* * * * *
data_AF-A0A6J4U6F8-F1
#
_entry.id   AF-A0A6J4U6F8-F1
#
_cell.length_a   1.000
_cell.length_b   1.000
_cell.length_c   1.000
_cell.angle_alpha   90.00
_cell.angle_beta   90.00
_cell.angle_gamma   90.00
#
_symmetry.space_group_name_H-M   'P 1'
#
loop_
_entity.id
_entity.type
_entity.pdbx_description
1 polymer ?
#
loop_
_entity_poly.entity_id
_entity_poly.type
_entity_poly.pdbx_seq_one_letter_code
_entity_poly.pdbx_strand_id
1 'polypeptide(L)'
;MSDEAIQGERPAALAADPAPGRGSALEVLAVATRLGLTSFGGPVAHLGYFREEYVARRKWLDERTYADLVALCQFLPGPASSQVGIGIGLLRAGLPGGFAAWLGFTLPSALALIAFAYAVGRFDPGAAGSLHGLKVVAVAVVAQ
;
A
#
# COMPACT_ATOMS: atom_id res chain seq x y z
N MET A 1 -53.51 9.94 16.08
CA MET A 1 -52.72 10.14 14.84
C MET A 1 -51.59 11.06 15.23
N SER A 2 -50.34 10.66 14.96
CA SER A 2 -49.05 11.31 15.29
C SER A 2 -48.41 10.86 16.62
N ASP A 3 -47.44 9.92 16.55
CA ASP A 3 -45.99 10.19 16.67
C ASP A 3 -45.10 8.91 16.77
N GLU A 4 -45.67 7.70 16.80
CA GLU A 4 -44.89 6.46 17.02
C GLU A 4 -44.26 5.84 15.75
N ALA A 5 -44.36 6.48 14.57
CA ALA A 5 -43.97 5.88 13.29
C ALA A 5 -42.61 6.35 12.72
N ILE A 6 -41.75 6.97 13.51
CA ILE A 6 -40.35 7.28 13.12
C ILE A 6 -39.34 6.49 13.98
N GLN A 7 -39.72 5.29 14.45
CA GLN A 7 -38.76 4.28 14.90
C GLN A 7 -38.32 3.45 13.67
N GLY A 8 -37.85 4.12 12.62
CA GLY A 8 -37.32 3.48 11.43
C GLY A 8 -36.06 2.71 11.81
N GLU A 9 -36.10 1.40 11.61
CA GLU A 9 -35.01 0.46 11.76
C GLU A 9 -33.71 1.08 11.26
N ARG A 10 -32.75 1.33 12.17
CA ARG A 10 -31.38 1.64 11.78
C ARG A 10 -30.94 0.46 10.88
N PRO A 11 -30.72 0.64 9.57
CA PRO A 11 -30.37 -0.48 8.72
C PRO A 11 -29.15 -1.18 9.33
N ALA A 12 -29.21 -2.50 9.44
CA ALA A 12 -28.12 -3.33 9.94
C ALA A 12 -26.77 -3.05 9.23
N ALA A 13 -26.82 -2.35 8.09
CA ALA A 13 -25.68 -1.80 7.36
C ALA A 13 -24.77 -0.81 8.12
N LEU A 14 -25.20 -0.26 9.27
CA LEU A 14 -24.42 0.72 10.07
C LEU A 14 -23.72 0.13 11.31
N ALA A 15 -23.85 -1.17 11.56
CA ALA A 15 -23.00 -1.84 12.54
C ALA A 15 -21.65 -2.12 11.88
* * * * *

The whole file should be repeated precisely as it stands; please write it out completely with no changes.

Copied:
data_AF-A0A6J4U6F8-F1
#
_entry.id   AF-A0A6J4U6F8-F1
#
_cell.length_a   1.000
_cell.length_b   1.000
_cell.length_c   1.000
_cell.angle_alpha   90.00
_cell.angle_beta   90.00
_cell.angle_gamma   90.00
#
_symmetry.space_group_name_H-M   'P 1'
#
loop_
_entity.id
_entity.type
_entity.pdbx_description
1 polymer ?
#
loop_
_entity_poly.entity_id
_entity_poly.type
_entity_poly.pdbx_seq_one_letter_code
_entity_poly.pdbx_strand_id
1 'polypeptide(L)'
;MSDEAIQGERPAALAADPAPGRGSALEVLAVATRLGLTSFGGPVAHLGYFREEYVARRKWLDERTYADLVALCQFLPGPASSQVGIGIGLLRAGLPGGFAAWLGFTLPSALALIAFAYAVGRFDPGAAGSLHGLKVVAVAVVAQ
;
A
#
# COMPACT_ATOMS: atom_id res chain seq x y z
N MET A 1 -53.51 9.94 16.08
CA MET A 1 -52.72 10.14 14.84
C MET A 1 -51.59 11.06 15.23
N SER A 2 -50.34 10.66 14.96
CA SER A 2 -49.05 11.31 15.29
C SER A 2 -48.41 10.86 16.62
N ASP A 3 -47.44 9.92 16.55
CA ASP A 3 -45.99 10.19 16.67
C ASP A 3 -45.10 8.91 16.77
N GLU A 4 -45.67 7.70 16.80
CA GLU A 4 -44.89 6.46 17.02
C GLU A 4 -44.26 5.84 15.75
N ALA A 5 -44.36 6.48 14.57
CA ALA A 5 -43.97 5.88 13.29
C ALA A 5 -42.61 6.35 12.72
N ILE A 6 -41.75 6.97 13.51
CA ILE A 6 -40.35 7.28 13.12
C ILE A 6 -39.34 6.49 13.98
N GLN A 7 -39.72 5.29 14.45
CA GLN A 7 -38.76 4.28 14.90
C GLN A 7 -38.32 3.45 13.67
N GLY A 8 -37.85 4.12 12.62
CA GLY A 8 -37.32 3.48 11.43
C GLY A 8 -36.06 2.71 11.81
N GLU A 9 -36.10 1.40 11.61
CA GLU A 9 -35.01 0.46 11.76
C GLU A 9 -33.71 1.08 11.26
N ARG A 10 -32.75 1.33 12.17
CA ARG A 10 -31.38 1.64 11.78
C ARG A 10 -30.94 0.46 10.88
N PRO A 11 -30.72 0.64 9.57
CA PRO A 11 -30.37 -0.48 8.72
C PRO A 11 -29.15 -1.18 9.33
N ALA A 12 -29.21 -2.50 9.44
CA ALA A 12 -28.12 -3.33 9.94
C ALA A 12 -26.77 -3.05 9.23
N ALA A 13 -26.82 -2.35 8.09
CA ALA A 13 -25.68 -1.80 7.36
C ALA A 13 -24.77 -0.81 8.12
N LEU A 14 -25.20 -0.26 9.27
CA LEU A 14 -24.42 0.72 10.07
C LEU A 14 -23.72 0.13 11.31
N ALA A 15 -23.85 -1.17 11.56
CA ALA A 15 -23.00 -1.84 12.54
C ALA A 15 -21.65 -2.12 11.88